In late September, Tyler Brûlé, the Canadian-raised, London-living journalist, wrote a column taking a crack against Twitter, the social-media site.
Brûlé is the former wunderkind who launched the ultra-trendy design magazine Wallpaper* in his 20s, and now, barely 40, is running another publication, Monocle, a high-end, internationally oriented (and quite good) magazine that launched as newsstands around the world have been losing one familiar title after another.
Kudos to Brûlé, then, for showing some bravado to stick up for magazines. But I could only laugh when I read what Brûlé wrote on Twitter for his weekly column in London’s Financial Times. On a business trip to Japan, he was delighted to find his contacts there, in the most technologically adroit country on the planet, did not know what Twitter was.Brûlé revealed he loathes Twitter, and said he expected to become as quickly irrelevant as Second Life. I agree that much of what some people write on their Twitter feeds is inane, but the application is already powerful to warrant serious attention, especially in Brûlé’s line of work.
Here’s the irony: I first heard about the column via my own Twitter feed. A contact had a link to the online version of the FT column. Through the next hour or two, at least three or four of the other people in my network highlighted the same column, or retweeted someone else’s message. A check on a Twitter search a week later showed screen after screen of various Twitter users pointing to the column or discussing it … often by trashing it.
I have no idea how much traffic the Financial Times picked up from all that Twitter-fed attention on the purported futility of Twitter. I bet someone noticed, though.
Which leads me to some advice for people who expertly dismiss something they don’t understand. Yes, Twitter will have no role in many people’s lives. But you assume at your peril if your own industry, business or organization need not take a serious look at how social media already works.
Elsewhere this week
In part to illustrate the above, here’s a handy tool that shows just how massively different the online landscape is now, and how it’s changing, with split-second updates on the volume of chatting, posting and, yes, spending online.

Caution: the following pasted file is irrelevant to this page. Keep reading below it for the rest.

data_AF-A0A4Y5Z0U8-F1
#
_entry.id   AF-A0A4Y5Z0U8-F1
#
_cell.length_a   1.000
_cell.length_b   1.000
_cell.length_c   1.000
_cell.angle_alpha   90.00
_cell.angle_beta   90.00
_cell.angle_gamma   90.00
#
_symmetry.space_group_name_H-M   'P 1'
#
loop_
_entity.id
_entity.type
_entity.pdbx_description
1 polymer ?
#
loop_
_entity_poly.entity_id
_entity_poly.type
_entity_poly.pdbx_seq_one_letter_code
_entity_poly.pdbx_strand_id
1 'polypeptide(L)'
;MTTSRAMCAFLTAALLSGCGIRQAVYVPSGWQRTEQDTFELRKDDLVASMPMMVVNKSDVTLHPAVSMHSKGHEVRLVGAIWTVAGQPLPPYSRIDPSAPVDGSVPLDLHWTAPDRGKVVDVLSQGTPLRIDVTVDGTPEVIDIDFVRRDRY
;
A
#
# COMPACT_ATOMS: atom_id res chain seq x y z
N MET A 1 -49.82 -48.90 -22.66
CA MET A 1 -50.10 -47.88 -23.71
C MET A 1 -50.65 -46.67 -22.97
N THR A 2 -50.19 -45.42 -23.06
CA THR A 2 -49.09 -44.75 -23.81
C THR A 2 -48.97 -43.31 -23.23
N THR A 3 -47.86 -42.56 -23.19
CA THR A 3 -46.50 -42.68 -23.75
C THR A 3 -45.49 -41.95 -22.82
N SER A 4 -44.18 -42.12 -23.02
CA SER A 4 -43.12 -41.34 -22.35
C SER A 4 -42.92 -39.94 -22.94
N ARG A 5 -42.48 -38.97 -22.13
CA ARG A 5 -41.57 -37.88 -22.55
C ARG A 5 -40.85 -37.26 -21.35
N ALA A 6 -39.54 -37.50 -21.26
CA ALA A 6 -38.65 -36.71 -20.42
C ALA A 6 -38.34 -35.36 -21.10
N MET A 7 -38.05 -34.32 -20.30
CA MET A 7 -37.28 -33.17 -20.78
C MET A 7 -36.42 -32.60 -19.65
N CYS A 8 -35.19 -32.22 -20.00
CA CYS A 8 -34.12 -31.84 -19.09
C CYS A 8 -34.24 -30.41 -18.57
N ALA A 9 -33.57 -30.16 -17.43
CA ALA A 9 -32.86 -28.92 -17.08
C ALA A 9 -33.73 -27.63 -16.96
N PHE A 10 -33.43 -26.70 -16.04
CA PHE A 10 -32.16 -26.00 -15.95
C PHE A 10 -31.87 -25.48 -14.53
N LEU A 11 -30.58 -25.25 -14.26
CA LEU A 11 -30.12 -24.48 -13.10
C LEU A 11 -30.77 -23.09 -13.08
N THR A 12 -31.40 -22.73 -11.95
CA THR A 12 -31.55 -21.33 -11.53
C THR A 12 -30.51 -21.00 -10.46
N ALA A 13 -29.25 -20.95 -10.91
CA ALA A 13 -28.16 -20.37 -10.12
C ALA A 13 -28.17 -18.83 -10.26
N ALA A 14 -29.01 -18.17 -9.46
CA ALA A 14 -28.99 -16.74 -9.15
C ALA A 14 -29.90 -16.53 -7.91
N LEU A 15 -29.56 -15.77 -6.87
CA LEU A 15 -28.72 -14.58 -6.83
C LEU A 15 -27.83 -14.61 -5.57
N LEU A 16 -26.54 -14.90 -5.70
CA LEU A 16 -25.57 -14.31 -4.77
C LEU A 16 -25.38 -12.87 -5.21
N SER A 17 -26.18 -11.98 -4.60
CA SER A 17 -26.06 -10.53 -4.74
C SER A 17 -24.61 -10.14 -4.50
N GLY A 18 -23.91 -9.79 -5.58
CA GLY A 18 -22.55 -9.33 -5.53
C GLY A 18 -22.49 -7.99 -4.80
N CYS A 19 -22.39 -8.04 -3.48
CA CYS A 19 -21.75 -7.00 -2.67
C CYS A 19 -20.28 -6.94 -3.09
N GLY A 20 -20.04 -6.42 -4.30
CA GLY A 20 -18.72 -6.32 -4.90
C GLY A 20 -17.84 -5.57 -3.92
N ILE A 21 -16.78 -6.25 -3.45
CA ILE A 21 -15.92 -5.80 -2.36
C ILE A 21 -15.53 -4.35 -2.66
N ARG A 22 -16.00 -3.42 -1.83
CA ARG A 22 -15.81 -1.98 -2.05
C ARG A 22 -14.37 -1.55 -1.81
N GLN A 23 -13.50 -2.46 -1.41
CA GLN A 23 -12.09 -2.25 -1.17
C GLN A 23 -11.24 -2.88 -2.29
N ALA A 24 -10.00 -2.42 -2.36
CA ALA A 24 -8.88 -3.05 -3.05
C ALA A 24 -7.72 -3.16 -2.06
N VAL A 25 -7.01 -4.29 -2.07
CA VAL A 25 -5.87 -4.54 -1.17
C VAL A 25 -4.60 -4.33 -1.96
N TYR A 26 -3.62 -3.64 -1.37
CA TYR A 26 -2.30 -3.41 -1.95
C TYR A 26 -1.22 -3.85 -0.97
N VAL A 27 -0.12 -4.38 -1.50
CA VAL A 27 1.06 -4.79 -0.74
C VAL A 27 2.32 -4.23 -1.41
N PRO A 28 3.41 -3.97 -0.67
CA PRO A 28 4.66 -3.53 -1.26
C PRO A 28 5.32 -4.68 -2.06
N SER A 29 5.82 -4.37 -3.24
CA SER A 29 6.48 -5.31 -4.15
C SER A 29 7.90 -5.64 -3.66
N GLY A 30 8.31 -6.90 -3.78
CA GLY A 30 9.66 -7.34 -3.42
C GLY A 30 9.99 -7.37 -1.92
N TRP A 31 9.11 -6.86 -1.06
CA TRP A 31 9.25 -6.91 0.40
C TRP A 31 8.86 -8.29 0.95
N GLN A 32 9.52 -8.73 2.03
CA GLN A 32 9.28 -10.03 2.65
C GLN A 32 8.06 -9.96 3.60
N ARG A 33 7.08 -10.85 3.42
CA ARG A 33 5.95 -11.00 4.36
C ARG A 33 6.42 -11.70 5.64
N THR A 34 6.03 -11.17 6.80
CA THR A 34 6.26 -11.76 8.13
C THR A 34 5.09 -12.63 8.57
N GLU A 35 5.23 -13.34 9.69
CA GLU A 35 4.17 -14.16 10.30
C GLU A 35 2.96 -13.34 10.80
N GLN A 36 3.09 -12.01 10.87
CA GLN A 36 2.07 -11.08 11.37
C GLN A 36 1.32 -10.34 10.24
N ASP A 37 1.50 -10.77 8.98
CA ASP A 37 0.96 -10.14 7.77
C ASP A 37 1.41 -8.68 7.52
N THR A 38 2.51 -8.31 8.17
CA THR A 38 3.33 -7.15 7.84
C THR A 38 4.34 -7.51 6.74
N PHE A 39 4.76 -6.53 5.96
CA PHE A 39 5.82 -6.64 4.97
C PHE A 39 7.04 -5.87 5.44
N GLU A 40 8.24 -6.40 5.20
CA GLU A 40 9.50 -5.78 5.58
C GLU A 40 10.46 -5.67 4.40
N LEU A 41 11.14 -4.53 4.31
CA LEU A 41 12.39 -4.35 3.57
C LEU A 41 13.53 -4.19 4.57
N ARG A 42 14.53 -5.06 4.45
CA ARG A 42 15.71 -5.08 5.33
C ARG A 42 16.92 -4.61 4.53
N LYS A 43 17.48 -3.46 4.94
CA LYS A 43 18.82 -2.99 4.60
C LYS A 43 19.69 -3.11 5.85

Some bands really soak up and showcase the cities that spawned him; many cities have strong musical identities of their own. CitySounds is a music-streaming service that is carving a niche by grouping its offerings (independently produced and artist-posted music) by geography. So, if you’re into what’s happening in, say, New York or Sao Paolo or Stockholm or, yes, Calgary, there’s a tab for you to explore. (There’s no tab, yet, for St. John’s.) Much of what played for me fell into ambient and techno-lite themes, regardless of the city.
Mario, Obama. Obama, Mario. The old-school Nintendo game gets a presidential makeover as a wee li’l Barack collects points and such. Use your arrow keys and space bar in this streamlined game.
Enjoy making lists of your favourite movies, songs and such? Listal is the place for you; you can post just those types of things, as starting points, or go into very specific subcategories, like many of the users. A healthy place for a pop-culture fanatic to hang out for a while.
10 things we don't understand about humans
Why do humans blush? And why do teenagers take so long to, well, turn into adults? New Scientist collects a set of questions for which there are theories, but not necessarily answers.
History of punctuation
The question mark and exclamation point didn’t just appear in our sentences; this very short illustrated history offers the lowdown on those dots and marks.